Sunday, May 6, 2007

A Sample Sensory Diet

An Occupational therapist or a SPED teacher can make this sensory diet or anybody in the field of Autism who is knowledgeable in the topic.

The following guidelines represent a kind of sensory diet for one particular child. Keep in mind that every child has a different regulatory and sensory profile, and that these activities are not appropriate or useful for every child. You should get guidance from an occupational therapist or other individual who is experienced with sensory integration.

In this particular example, the child would become disorganized on a regular basis. Although this has meant different things at different times, this child shows disorganization primarily by:

  • being extremely silly and unresponsive
  • laughing uncontrollably
  • losing control of his body--getting extremely limp and/or clumsy
  • becoming either hyper- or hypo-sensitive to pain and other physical stimuli
  • getting aggressive--pinching or spitting, usually in a taunting, almost maniacal way
  • humming and clicking while wandering around aimlessly

Engaging this child in sensory activities on a frequent, regular basis seemed to help him to remain engaged, focused, and in control more often. When this child does get disorganized, these activities help him to find himself again.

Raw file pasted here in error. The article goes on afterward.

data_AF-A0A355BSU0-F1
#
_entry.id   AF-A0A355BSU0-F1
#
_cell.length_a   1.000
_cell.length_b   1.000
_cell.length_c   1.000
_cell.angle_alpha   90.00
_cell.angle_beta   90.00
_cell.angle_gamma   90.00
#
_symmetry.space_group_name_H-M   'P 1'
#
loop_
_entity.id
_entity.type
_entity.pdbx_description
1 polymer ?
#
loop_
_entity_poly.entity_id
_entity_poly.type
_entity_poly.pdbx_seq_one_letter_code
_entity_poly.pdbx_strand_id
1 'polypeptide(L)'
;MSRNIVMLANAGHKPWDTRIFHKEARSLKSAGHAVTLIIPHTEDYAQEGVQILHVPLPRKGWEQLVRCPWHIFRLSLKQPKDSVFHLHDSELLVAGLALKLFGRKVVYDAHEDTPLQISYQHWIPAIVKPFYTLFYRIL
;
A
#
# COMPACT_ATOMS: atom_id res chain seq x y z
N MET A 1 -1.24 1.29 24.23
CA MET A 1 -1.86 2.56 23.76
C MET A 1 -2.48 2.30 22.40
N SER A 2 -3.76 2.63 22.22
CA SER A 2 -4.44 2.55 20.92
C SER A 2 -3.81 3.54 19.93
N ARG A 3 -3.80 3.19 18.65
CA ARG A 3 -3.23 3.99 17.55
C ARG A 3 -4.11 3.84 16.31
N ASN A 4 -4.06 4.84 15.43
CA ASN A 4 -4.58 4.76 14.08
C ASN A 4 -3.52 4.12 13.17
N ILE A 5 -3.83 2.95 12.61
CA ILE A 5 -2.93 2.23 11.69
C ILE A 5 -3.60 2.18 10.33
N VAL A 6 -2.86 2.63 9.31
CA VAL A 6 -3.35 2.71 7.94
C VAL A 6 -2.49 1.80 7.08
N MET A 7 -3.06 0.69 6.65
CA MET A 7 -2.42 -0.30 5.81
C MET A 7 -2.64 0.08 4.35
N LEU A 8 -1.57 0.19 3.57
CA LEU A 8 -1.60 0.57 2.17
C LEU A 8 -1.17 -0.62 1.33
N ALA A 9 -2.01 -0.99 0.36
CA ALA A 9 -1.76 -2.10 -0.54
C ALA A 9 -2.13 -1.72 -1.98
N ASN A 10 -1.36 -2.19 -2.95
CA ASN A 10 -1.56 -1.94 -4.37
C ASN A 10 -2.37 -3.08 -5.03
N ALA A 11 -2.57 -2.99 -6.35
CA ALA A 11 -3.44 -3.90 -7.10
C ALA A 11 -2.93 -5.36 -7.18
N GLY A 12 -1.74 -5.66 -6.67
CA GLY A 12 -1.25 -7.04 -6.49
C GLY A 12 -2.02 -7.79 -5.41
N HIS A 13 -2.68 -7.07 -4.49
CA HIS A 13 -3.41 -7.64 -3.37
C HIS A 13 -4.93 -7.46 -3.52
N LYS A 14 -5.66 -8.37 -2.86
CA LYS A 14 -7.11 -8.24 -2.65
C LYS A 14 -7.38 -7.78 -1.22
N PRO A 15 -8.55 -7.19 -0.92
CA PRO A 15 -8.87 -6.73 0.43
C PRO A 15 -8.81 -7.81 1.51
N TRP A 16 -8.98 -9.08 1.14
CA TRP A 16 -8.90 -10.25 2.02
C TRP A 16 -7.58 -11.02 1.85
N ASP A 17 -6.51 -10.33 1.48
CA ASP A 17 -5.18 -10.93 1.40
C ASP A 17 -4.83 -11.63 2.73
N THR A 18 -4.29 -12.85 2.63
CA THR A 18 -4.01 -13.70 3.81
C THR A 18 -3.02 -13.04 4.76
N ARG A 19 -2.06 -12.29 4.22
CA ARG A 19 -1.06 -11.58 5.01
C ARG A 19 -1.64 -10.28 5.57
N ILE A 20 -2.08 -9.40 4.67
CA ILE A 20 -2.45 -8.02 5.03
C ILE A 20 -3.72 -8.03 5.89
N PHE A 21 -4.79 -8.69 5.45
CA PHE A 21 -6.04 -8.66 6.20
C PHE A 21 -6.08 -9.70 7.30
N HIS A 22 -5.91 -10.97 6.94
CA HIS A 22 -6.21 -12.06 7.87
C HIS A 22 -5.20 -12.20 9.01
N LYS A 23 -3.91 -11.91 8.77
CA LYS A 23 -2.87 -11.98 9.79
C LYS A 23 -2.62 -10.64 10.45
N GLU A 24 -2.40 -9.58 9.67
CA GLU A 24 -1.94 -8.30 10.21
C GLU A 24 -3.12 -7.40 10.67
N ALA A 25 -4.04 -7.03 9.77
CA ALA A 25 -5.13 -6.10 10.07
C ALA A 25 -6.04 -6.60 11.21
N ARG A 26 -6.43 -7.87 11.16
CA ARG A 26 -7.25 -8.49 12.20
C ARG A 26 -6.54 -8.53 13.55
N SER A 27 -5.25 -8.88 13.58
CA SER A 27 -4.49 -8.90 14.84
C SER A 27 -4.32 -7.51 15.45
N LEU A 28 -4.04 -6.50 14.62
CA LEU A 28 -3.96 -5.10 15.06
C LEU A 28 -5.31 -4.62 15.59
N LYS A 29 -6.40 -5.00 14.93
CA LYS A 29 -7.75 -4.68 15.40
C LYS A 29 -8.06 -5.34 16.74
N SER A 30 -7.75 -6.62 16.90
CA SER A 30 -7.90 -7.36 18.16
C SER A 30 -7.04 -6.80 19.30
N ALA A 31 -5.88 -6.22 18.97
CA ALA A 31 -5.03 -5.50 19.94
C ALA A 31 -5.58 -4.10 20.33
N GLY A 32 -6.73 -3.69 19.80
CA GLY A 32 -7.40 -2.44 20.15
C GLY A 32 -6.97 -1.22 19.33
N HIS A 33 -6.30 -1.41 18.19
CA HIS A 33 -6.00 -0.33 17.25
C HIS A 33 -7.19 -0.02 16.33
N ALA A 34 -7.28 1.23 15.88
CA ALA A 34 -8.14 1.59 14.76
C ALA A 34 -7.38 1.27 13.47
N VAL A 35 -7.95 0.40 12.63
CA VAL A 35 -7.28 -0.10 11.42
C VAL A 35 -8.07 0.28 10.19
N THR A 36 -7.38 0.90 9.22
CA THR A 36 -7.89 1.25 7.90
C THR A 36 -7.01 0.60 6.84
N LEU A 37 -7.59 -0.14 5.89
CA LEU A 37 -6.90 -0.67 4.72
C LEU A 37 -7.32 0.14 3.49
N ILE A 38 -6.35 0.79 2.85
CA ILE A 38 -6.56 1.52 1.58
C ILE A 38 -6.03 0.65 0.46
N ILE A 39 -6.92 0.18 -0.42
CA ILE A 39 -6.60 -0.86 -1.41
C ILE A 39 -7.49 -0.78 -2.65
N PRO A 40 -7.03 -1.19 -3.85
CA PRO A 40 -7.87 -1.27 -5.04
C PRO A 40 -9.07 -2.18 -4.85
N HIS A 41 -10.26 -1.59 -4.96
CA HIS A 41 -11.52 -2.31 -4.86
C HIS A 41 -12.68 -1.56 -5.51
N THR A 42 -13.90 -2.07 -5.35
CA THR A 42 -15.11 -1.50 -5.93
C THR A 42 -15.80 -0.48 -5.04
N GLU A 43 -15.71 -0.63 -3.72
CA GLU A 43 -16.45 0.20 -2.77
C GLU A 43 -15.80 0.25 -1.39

At the critical times during the day, plan on activating the child with these activities.

NOTE: Spin the child at every activation phase. Spin him in the swing 10 complete revolutions each direction, with a 20-30 second pause in between. Spin firmly and quickly. Do not repeat.

Warning: For some children, spinning is not useful, and can be overstimulating and dangerous. Before engaging in any of these activities (and spinning in particular), please consult a professional who has a solid understanding of sensory integration principles.

Chase Games

  • Tag
  • Follow-the-Leader
  • Obstacle Courses
  • Red Light/Green Light
  • Running Races

Exercise Games

  • Simon Says
  • Obstacle Course
  • "If You're Happy & You Know It"


Jumping Jacks
Situps and Pullups
Tumbling/Head Stands
Balance Beam
Standing on one leg


  • Inside swings
  • Trampoline
  • Hang-bar
  • Tire Swing
  • Outside swings
  • Outside trolley
  • Exercise ball


  • Nerf balls
  • Gak, floam, flubber, silly putty
  • Play catch with any ball

Incorporate those activities plus others listed in the box below into as many of your games as possible. Be sure to work in a sensory activity at least every half hour.


Other Sensory Stimulation

Everything on the other list plus:

  • Smelling Scents Game
  • Rubbing/Brushing (brush firmly and consistently--avoid stomach)
  • Rolling Up In Blanket
  • Crawling through a "caterpillar" (long tube of stretchy fabric)
  • Dragging/Sliding Around Room
  • Silly Walks (e.g., crab walk)
  • Ball and Bat
  • Imitating Songs
  • Hand Games
  • Stilts/Roller Skates
  • Jump Rope


8:30AM Bath, Brushing, Deep Pressure

3:15PM Child's choice (e.g., biking)

6:30PM Supper, Bath, Deep Pressure, Free Play, Stories, Bed

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